When a hearing impairment is established, a formal consultation with an audiologist and the involvement of a speech and language pathologist are pertinent. Speech therapists can begin cognitive testing and provide continuous enhancement of a patient's communication skills during audiologic assessment and aural rehabilitation. There are a growing number of underserved individuals with a combination of multiple sensory, physical, and cognitive impairments, and all of these issues must be identified in the rehabilitation setting.
Management of auditory impairment
Audiologists perform quality control, physical fitting, and performance assessment of hearing aids to ensure that treatment goals have been met. Audiologists instruct patients and their families about proper use and care of hearing aids. Audiologists must also train allied health professionals and support staff who work in rehabilitation facilities regarding daily monitoring as part of a comprehensive hearing support program.
If the patient's vision is adequate, speech therapists often incorporate speech (lip) reading and the use of hand signs, gestures, writing boards, and/or magnetic boards to overcome communication barriers. A well-lit environment is effective for augmenting auditory input to a patient who also requires visual cues. It is important for the physician and staff to establish good visual contact while facing the patient, to reduce background noise, to rephrase misinterpreted words instead of simply repeating them, and to pause at the end of phrases or ideas. Standing 0.75-1 m from the patient and speaking slightly louder also facilitates communication.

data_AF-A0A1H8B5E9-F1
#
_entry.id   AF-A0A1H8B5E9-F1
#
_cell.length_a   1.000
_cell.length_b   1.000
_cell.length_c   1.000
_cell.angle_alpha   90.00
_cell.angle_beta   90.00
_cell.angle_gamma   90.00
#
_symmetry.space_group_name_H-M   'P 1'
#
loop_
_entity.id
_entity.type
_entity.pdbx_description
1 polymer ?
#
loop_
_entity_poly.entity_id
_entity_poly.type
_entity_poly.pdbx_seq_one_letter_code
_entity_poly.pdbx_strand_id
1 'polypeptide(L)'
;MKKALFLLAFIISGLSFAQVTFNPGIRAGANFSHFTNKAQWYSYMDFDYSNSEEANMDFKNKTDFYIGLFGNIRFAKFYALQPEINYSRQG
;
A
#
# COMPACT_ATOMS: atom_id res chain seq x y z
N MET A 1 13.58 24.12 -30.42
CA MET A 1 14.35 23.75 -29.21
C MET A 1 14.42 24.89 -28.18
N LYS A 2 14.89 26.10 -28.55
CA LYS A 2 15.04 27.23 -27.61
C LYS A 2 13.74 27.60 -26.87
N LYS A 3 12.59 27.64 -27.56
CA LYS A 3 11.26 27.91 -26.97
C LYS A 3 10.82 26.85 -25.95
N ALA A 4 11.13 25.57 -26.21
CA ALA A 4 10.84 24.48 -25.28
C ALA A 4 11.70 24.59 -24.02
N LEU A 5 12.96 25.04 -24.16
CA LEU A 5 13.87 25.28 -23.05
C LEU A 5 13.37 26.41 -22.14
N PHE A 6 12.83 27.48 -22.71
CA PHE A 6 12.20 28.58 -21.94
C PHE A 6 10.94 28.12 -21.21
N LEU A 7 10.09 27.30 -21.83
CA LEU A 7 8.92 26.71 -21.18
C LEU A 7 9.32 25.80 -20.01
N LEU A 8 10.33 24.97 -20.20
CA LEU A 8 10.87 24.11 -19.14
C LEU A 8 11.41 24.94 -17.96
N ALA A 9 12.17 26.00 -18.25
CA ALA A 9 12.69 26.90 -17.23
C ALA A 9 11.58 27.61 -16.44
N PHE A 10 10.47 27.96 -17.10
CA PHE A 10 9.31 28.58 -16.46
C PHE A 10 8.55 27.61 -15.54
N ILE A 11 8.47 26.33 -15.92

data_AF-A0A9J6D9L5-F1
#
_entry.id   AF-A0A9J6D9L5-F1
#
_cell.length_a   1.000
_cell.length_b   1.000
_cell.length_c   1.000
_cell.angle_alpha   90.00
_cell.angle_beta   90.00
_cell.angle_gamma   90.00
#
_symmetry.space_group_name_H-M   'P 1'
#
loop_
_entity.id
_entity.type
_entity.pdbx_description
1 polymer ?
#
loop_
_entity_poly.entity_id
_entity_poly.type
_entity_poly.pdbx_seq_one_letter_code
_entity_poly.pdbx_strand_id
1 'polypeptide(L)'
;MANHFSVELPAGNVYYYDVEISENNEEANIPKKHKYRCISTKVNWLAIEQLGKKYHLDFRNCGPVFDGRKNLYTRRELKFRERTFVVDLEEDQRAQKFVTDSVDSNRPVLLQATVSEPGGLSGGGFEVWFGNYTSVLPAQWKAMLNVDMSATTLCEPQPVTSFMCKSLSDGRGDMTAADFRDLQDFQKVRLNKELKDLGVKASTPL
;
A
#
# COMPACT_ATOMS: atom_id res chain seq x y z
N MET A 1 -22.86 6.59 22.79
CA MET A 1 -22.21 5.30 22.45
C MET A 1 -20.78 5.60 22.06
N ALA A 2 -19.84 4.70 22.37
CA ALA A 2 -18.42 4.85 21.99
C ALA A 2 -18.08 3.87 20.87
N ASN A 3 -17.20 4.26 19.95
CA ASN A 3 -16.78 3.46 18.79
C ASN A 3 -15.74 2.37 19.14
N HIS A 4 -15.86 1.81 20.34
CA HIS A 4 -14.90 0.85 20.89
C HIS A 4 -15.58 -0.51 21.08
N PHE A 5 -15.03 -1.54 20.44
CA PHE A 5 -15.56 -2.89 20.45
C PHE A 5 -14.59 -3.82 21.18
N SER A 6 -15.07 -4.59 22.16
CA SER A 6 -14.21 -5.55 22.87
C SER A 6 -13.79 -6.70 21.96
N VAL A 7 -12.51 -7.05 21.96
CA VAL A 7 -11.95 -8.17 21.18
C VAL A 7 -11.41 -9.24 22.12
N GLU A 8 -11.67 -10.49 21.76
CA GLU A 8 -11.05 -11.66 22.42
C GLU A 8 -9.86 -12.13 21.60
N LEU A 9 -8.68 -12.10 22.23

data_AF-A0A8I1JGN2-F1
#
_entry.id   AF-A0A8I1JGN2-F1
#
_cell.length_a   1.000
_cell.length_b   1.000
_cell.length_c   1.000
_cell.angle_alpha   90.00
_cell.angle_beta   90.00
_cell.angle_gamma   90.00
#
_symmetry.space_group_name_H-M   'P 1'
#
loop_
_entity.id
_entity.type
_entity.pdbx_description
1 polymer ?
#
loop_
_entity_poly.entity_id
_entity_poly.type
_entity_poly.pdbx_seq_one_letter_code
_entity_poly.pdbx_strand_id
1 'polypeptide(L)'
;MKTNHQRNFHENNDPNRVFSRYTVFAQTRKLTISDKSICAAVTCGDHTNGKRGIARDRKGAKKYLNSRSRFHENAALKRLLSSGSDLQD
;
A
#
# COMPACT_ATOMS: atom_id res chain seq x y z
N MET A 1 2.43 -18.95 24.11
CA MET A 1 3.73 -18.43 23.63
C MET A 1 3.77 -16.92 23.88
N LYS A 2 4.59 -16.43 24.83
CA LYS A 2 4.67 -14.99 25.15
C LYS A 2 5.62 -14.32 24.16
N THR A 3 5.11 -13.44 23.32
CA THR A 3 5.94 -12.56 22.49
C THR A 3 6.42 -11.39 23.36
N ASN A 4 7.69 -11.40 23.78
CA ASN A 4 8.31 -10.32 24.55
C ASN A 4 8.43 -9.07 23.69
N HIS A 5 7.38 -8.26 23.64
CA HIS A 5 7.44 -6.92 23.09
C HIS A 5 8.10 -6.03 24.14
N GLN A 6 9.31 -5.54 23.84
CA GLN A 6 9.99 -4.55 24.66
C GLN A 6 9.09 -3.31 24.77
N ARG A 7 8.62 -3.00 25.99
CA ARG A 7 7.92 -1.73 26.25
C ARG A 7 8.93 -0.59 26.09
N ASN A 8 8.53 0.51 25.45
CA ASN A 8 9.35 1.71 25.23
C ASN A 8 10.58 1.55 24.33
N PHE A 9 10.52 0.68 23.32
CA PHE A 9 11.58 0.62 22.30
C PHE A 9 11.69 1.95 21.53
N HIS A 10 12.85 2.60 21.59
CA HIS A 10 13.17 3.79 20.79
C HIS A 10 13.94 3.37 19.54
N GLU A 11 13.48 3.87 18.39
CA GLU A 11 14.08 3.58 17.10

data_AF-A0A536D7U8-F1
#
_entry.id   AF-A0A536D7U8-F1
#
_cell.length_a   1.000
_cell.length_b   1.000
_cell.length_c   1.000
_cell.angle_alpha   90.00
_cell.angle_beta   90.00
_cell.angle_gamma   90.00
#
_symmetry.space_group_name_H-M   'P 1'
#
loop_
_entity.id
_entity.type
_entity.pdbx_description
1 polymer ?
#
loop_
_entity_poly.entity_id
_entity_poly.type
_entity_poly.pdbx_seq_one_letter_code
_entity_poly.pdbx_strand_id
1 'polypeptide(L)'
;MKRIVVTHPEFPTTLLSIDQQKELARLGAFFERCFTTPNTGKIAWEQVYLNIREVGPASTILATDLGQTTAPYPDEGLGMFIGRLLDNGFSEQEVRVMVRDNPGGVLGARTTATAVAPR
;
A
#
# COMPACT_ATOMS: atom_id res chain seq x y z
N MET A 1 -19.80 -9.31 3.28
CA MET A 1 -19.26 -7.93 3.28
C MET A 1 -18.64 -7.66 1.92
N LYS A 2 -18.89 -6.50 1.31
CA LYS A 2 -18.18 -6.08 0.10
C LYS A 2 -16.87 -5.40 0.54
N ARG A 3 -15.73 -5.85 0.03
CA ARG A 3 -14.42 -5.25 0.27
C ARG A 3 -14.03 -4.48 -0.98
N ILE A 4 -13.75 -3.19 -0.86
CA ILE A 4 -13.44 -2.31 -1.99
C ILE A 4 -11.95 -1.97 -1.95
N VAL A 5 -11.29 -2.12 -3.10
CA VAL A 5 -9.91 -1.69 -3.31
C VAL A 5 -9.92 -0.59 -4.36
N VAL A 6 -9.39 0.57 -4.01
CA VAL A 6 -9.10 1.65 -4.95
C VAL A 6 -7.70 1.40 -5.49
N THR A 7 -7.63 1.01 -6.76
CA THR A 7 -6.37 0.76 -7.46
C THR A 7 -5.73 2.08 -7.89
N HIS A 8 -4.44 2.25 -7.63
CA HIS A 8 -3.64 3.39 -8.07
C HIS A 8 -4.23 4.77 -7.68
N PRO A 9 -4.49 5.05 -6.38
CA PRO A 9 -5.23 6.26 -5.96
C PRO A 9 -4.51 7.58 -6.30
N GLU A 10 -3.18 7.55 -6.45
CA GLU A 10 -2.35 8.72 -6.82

Most patients achieve a substantial benefit with speech reading and audiovisual integration training; for example, recognition can be improved by as much as 26%, as Grant reported. The amount of visual influence is correlated with enhanced auditory recognition. Also, simple modifications, such as carpeting common areas to reduce reverberation and establishing quiet areas, can improve communication with the patient.
Assistive listening devices such as closed-captioned television and telephone amplifiers may help patients in performing their ADLs. Safety is also a focal rehabilitation issue because many warning signs (eg, cars on the road, ambulances, fire alarms) are auditory. Addressing safety issues is salient in ordinary and emergency situations, and adaptive devices that vibrate or that have flashing lights (eg, adapted fire alarms, telephones, doorbells) should be incorporated into the patient's home and rehabilitation setting.